Spanish Expressions Involving Body Parts

Spanish language is rich in idiomatic expressions that often incorporate body parts to convey emotions, actions, or attitudes. In this article, we will explore ten intriguing Spanish expressions that use body parts to add flavor to conversations and provide insight into the language’s cultural nuances.

Ser el Ojito Derecho (To Be the Apple of Someone’s Eye)

Ser el ojito derecho de alguien

“Ser el ojito derecho” literally means “to be the right little eye”. It describes someone who is particularly cherished or favored by someone else, much like the apple of one’s eye in English. This expression reflects the importance of the eyes in conveying deep affection and admiration.

You can use this expression in many contexts, but it is commonly useful to describe relationships like father >> son, teacher >> student or boss >> employee.

Levantarse con el Pie Izquierdo (To Get Up on the Wrong Side of the Bed)

“Levantarse con el pie izquierdo” translates to “to get up with the left foot.” Just as in English, it signifies starting the day on a sour note, feeling irritable or grumpy. It emphasizes the role of the left foot in determining one’s mood.

Estar Hasta las Narices (To Be Fed Up or Annoyed)

“Estar hasta las narices” translates to “to be up to the noses” in English. It’s used when someone is thoroughly annoyed or fed up with a situation or a person. The reference to the nose emphasizes the level of irritation, much like saying someone is “up to here” in English.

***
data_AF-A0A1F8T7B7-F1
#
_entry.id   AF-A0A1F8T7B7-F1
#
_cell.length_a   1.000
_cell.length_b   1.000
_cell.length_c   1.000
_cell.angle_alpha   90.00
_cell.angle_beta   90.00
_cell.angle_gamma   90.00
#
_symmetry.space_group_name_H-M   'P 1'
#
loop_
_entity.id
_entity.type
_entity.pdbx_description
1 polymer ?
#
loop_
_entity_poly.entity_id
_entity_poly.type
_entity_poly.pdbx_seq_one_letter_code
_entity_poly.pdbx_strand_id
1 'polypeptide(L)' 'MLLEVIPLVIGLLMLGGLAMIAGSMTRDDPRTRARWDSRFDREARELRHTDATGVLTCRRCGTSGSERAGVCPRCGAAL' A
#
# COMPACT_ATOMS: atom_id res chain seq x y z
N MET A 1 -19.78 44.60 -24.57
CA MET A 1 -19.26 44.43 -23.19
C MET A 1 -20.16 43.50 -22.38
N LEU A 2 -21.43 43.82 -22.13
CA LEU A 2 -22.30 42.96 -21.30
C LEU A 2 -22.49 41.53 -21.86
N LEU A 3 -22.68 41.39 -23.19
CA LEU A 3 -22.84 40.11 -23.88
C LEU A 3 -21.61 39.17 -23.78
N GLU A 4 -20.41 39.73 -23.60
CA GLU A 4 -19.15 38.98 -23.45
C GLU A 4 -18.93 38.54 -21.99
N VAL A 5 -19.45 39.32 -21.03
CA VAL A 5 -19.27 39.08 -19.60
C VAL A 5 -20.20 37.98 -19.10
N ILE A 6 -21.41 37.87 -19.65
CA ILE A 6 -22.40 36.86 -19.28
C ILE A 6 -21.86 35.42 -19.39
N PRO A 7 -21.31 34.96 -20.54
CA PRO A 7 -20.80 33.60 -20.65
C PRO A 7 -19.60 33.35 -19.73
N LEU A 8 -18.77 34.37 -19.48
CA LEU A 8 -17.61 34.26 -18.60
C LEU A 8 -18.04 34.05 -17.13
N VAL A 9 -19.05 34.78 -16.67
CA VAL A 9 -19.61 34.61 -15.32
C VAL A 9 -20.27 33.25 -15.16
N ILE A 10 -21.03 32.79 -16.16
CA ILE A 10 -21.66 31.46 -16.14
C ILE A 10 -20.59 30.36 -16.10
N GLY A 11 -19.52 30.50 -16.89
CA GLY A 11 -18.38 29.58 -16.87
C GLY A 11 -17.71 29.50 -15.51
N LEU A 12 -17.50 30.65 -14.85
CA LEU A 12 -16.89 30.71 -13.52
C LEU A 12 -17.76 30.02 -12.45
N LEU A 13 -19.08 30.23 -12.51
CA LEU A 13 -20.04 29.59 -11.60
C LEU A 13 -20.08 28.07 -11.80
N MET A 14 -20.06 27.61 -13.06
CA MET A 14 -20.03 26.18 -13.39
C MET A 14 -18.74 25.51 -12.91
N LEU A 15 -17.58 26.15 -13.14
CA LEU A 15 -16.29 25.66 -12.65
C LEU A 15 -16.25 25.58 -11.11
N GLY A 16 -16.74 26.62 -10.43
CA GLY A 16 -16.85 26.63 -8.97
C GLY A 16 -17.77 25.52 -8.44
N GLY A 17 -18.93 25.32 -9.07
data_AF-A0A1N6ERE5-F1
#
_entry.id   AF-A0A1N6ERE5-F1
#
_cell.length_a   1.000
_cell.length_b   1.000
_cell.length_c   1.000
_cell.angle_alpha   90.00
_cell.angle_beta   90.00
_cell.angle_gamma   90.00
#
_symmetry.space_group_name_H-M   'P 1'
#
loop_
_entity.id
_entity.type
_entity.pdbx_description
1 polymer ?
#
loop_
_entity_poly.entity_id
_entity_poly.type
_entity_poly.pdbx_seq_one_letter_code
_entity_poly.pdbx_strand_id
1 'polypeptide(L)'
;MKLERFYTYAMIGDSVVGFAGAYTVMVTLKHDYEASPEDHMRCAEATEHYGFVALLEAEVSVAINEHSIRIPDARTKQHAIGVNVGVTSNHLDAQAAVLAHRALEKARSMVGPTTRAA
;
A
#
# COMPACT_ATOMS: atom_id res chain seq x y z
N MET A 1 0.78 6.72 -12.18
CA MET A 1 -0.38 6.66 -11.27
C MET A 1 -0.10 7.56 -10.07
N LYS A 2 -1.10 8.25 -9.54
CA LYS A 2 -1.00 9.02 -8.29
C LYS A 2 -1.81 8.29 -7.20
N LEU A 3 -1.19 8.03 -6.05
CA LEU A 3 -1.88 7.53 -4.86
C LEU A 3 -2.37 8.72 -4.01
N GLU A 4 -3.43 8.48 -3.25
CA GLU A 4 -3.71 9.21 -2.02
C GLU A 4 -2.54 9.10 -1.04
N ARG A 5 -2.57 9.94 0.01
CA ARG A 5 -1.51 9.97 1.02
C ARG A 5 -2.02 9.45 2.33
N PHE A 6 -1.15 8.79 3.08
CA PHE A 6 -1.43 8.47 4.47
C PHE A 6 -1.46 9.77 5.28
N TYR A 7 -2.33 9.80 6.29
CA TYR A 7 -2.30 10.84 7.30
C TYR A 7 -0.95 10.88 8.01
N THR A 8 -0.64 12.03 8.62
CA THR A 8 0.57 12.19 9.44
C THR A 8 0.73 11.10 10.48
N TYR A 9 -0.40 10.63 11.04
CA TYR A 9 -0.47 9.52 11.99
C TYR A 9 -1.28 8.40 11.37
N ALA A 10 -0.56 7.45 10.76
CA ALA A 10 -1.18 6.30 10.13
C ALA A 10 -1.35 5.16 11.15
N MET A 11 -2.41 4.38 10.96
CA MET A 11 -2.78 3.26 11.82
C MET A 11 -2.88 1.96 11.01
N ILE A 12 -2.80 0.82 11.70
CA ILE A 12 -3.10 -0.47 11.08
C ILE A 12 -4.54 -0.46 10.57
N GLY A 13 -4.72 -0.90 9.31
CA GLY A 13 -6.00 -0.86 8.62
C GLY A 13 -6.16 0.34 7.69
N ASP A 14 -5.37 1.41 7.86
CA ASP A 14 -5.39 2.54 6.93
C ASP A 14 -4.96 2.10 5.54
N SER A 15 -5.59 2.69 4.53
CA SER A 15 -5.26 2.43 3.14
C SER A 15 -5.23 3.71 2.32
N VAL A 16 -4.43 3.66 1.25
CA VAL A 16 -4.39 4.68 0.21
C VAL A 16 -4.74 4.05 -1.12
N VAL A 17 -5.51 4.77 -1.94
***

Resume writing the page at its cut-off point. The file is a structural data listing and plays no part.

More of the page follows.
Dar la Espalda (To Turn One’s Back)

“Dar la espalda” literally means “to give one’s back.” It is used to describe the act of turning away from something or someone, often as a gesture of rejection or indifference. This expression highlights the significance of the back as a symbol of one’s stance or attitude.

In a more metaphorical meaning it often refers to a situation when a person or a group of people leave alone someone, specially during a process when that individual needs some help.

Ir de Culo (To Fail Miserably)

“Ir de culo” translates to “to go buttocks.” This humorous expression is used when someone fails miserably or encounters a streak of bad luck due to overwhelming and stressfull situations. It underscores the unexpectedness and awkwardness of the moment.

Tener Manos de Mantequilla (To Have Butter Hands)

“Tener manos de mantequilla” is used to describe someone who frequently drops or fumbles things. It emphasizes the idea that their hands are as slippery as butter, making them prone to accidents.

Estar con el Agua al Cuello (To Be in Deep Water)

“Estar con el agua al cuello” means “to be with water at the neck.” It describes a situation where someone is in deep trouble or facing a crisis, emphasizing the literal vulnerability of the neck in such circumstances.

Hacer la Vista Gorda (To Turn a Blind Eye)

“Hacer la vista gorda” translates to “to make the fat view.” It means deliberately ignoring or turning a blind eye to something, usually a problem or wrongdoing. The reference to a “fat view” underscores the intention to avoid seeing the issue.

Sin Pelos en la Lengua (To Not Have Hairs on Your Tongue)

When someone “no tiene pelos en la lengua”, it means they are brutally honest, never holding back their opinions or criticisms. “Sin pelos en la lengua” meaning is a vivid expression that implies that a truthful person’s tongue is so clear of obstacles (like hairs) that they can speak their mind without hesitation.

Llegar a las Manos (To Reach the Hands)

To “llegar a las manos” means a situation has escalated to a physical confrontation or fight. The reference to hands underscores the physical nature of the conflict.

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